Last month, archaeologists in Italy found the skeletal remains of a Pompeii resident who apparently had his head crushed by a giant rock while fleeing the eruption some 2000 years ago. The victim's skull has now been recovered, and its surprisingly pristine condition suggests an alternative cause of death.
Tagged With ancient history
For the past 150 years, the cedar coffin of an ancient Egyptian priestess has been on display at a museum in Australia. Records suggested the 2500-year-old sarcophagus was empty, so no one bothered to look inside. Last year, museum curators finally opened the lid, and to their shock, the coffin contained an actual mummy - bandages and all.
Australian scientists have discovered the purpose of a famous 3700-year old Babylonian clay tablet, revealing it is the world's oldest and most accurate trigonometric table, possibly used by ancient mathematical scribes to calculate how to construct palaces and temples and build canals.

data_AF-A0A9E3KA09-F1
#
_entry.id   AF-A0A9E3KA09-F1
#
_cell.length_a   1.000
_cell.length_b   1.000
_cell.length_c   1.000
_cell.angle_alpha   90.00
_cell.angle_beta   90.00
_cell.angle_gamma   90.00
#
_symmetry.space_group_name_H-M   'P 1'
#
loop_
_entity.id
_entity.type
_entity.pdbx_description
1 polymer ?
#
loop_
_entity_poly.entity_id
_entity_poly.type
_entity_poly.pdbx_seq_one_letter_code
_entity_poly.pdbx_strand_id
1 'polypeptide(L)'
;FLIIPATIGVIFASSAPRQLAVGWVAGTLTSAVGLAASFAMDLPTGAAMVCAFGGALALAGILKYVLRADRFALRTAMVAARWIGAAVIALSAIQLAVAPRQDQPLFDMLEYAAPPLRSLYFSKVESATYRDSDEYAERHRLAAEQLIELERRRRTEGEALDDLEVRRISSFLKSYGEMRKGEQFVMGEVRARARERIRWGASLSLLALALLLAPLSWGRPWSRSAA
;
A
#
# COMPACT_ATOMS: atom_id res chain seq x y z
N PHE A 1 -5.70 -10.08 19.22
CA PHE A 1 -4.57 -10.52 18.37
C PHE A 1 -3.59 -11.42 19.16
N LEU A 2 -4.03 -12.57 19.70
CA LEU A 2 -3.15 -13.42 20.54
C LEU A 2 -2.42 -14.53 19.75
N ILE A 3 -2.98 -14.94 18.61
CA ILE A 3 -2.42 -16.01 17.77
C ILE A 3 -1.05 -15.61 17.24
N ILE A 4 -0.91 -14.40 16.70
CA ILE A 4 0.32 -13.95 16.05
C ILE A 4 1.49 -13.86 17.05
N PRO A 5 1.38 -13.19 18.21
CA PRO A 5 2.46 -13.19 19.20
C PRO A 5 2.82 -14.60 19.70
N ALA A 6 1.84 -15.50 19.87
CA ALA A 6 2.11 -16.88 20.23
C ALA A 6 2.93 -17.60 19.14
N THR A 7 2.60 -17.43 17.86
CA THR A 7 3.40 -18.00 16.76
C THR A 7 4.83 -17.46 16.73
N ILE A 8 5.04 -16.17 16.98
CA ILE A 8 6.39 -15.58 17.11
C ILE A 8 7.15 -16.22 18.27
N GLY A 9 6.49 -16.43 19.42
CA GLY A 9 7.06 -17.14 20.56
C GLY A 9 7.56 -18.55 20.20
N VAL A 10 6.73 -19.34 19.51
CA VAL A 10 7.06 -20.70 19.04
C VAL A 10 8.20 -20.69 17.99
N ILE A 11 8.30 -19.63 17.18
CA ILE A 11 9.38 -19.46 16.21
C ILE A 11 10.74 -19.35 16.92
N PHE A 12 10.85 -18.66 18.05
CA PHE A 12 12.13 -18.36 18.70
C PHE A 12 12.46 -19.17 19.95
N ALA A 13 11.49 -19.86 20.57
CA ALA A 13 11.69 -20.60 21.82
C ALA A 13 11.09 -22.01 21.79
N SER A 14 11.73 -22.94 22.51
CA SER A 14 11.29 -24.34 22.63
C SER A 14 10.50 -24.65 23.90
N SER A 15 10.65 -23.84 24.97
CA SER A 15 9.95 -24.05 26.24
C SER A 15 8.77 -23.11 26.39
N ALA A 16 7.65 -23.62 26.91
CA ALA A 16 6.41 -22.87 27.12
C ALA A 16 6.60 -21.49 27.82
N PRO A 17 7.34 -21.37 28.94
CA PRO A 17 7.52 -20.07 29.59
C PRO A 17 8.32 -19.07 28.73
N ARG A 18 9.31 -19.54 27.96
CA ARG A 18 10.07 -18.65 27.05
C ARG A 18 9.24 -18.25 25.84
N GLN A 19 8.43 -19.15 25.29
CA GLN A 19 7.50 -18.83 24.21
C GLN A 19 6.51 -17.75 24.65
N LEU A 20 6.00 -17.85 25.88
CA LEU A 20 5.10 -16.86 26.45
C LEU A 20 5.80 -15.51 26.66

The new research shows the Babylonians, not the Greeks, were the first to study trigonometry – the study of triangles – by more than 1000 years, and reveals an ancient mathematical sophistication that had been hidden until now.